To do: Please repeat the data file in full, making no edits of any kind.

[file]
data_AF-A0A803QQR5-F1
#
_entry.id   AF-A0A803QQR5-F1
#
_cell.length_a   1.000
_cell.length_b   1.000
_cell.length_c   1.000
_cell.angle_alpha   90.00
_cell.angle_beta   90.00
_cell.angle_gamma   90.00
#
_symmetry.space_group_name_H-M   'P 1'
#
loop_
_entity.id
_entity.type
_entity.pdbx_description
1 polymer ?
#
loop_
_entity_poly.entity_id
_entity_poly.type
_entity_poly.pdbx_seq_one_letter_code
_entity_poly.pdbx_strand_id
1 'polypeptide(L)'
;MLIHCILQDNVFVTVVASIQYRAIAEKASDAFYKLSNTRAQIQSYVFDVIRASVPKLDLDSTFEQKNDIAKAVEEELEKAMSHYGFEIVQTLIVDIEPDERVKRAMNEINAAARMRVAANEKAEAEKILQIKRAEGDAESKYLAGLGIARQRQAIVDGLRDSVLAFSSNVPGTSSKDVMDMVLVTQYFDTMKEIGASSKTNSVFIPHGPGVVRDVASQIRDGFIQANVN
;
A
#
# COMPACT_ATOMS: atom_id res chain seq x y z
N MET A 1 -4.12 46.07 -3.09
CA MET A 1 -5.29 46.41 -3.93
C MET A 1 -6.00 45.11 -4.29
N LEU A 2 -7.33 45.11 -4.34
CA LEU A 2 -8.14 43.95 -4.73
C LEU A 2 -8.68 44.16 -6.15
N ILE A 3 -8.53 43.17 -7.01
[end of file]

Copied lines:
data_AF-A0A803QQR5-F1
#
_entry.id   AF-A0A803QQR5-F1
#
_cell.length_a   1.000
_cell.length_b   1.000
_cell.length_c   1.000
_cell.angle_alpha   90.00
_cell.angle_beta   90.00
_cell.angle_gamma   90.00
#
_symmetry.space_group_name_H-M   'P 1'
#
loop_
_entity.id
_entity.type
_entity.pdbx_description
1 polymer ?
#
loop_
_entity_poly.entity_id
_entity_poly.type
_entity_poly.pdbx_seq_one_letter_code
_entity_poly.pdbx_strand_id
1 'polypeptide(L)'
;MLIHCILQDNVFVTVVASIQYRAIAEKASDAFYKLSNTRAQIQSYVFDVIRASVPKLDLDSTFEQKNDIAKAVEEELEKAMSHYGFEIVQTLIVDIEPDERVKRAMNEINAAARMRVAANEKAEAEKILQIKRAEGDAESKYLAGLGIARQRQAIVDGLRDSVLAFSSNVPGTSSKDVMDMVLVTQYFDTMKEIGASSKTNSVFIPHGPGVVRDVASQIRDGFIQANVN
;
A
#
# COMPACT_ATOMS: atom_id res chain seq x y z
N MET A 1 -4.12 46.07 -3.09
CA MET A 1 -5.29 46.41 -3.93
C MET A 1 -6.00 45.11 -4.29
N LEU A 2 -7.33 45.11 -4.34
CA LEU A 2 -8.14 43.95 -4.73
C LEU A 2 -8.68 44.16 -6.15
N ILE A 3 -8.53 43.17 -7.01